Mirror Neurons

Mirror Neurons

The discovery of Mirror Neurons in 1992 has caused much excitement and confusion to their exact functioning ever since. The Mirror Neurons were found in monkey’s brains and are recognisable by their ability to fire when the monkeys performed an action such as holding a cup using a power grip, and fire when observing other monkey’s performing the same action. These clusters of neurons were found in specific parts of the monkey’s brain (premotor cortex & parietal lobe), and now there is strong evidence to suggest that human brains also have such neuron clusters.

It is not difficult to understand how important such neurons can be and soon Mirror Neurons were being attributed with a range of functions including action understanding, imitation, language processing, emotional recognition, empathy, intention reading and speech production. Mirror Neuron’s were quickly blamed as contributing in the development of autism, schizophrenia, Down’s syndrome and obesity. That’s a lot considering there only 24 years old in discovery terms and their understanding is largely due to research on monkey’s brains.

It has long been the consensus that Mirror Neuron’s function were action understanding which the result of evolutionarily driven genetic was adaptation. It is useful for us to understand the actions of others as that can then give us information as to how to respond and detect threats. A recent article however by Cook et al (2014) which highlights the work of Heye’s, supports the idea that Mirror Neurons originate by domain-general processes of associative learning during individual development, and, although they may have psychological functions, they do not necessarily have a specific evolutionary purpose or adaptive function.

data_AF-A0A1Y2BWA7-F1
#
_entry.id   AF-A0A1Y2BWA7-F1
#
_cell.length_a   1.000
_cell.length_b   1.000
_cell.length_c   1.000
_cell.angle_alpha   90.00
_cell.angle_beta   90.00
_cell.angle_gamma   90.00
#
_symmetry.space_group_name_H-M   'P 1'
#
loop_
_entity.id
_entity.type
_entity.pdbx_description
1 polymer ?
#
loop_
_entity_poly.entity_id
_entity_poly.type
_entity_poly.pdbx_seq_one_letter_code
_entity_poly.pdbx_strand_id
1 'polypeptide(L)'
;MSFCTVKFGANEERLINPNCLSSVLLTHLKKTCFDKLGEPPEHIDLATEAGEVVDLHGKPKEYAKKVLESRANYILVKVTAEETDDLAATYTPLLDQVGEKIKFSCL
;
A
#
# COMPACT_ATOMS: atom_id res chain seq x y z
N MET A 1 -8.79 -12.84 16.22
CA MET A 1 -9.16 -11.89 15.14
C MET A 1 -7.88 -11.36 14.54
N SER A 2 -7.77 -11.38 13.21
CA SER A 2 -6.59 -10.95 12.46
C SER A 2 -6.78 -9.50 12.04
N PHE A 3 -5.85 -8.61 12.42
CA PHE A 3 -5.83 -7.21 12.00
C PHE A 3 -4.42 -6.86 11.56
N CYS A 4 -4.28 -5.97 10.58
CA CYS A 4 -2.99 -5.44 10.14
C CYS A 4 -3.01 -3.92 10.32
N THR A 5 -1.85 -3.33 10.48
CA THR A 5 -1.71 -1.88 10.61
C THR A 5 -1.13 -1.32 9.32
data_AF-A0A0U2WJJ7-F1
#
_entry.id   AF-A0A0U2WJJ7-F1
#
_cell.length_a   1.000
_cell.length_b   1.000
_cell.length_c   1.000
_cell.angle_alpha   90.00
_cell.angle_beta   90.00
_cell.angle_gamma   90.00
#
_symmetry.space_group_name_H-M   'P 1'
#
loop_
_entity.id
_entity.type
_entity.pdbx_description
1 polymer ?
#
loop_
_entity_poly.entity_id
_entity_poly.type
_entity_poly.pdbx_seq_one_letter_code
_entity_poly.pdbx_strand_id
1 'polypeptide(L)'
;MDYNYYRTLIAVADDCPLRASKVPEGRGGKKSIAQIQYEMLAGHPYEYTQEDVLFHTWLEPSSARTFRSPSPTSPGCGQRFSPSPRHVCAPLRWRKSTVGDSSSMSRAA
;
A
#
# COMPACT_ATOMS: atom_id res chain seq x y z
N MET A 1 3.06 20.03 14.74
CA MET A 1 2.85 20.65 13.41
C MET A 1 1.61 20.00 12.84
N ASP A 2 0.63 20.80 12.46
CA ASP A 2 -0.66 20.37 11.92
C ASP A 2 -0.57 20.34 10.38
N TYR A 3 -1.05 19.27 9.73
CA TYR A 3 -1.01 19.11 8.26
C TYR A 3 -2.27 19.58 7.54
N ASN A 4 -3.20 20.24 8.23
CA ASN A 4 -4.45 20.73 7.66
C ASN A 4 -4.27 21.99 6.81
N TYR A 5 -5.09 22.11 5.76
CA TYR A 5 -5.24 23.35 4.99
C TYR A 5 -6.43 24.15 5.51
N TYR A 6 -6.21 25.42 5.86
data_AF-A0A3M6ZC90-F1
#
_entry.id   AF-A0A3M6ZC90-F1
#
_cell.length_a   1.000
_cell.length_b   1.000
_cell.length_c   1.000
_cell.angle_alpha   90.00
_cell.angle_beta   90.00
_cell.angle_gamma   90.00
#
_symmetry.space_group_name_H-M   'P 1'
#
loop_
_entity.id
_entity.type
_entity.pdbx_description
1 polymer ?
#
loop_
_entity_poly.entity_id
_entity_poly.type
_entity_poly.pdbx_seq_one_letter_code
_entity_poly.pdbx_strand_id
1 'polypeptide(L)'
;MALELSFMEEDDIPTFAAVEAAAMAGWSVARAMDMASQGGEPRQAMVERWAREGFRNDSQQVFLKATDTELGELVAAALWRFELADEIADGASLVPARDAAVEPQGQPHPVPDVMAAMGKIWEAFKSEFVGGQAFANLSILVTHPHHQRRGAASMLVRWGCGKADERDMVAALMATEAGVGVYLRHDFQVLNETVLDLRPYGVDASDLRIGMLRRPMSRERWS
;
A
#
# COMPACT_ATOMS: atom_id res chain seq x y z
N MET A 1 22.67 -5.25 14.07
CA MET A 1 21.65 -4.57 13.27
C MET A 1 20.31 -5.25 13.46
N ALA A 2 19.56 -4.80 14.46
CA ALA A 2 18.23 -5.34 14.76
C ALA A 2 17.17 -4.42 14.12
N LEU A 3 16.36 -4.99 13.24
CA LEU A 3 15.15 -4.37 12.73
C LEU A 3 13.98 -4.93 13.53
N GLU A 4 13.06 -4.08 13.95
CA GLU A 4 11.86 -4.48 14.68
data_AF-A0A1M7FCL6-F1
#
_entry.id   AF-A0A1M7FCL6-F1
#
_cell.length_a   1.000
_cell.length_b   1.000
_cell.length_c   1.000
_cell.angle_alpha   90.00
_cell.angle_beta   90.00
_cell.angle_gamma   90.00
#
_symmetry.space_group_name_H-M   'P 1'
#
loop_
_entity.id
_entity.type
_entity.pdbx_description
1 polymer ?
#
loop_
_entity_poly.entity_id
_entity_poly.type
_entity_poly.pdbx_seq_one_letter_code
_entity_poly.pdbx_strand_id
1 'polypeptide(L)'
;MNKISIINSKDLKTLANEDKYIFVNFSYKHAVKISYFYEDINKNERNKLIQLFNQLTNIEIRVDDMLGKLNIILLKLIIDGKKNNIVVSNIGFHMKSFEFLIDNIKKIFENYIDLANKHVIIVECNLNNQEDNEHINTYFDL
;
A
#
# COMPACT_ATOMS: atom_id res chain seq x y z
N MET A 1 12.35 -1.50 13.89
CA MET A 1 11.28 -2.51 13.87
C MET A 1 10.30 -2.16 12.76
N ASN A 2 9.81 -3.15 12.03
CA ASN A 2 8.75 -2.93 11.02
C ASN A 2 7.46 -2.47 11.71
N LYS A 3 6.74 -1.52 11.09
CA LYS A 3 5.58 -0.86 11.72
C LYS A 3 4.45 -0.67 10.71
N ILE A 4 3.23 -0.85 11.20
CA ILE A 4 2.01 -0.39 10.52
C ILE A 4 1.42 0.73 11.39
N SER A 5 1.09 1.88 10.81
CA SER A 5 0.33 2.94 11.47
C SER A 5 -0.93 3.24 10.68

Associative learning involves understanding the association between stimuli which then illicit a response. I see this every morning with my dogs, the introduction of the leash illicit lots of turning in circles and licking. This is due to the association of the leash and walking.

I would love to leave with a succinct conclusion, however, I still don’t completely understand the difference in origins and function. What I do understand though is that the way I have described Mirror Neuron’s in the past is most likely not accurate based on these new proposals and that’s what I love. Being wrong only encourages me to read further into the area. It is clear though that there is still lots to learn about Mirror Neurons and their exact origin’s and functions. So when approaching this area be mindful that much more research is needed and that Mirror Neurons are perhaps not as black and white as initially first believed. I will continue to look at Mirror Neurons and give a follow up when my understanding is built on a more concrete foundation.       



Cook, R., Bird, G., Catmur, C., Press, C., & Heyes, C. (2014). Mirror neurons: From origin to function. Behavioral and Brain Sciences, 37(2), 177-92. http://dx.doi.org/10.1017/S0140525X13000903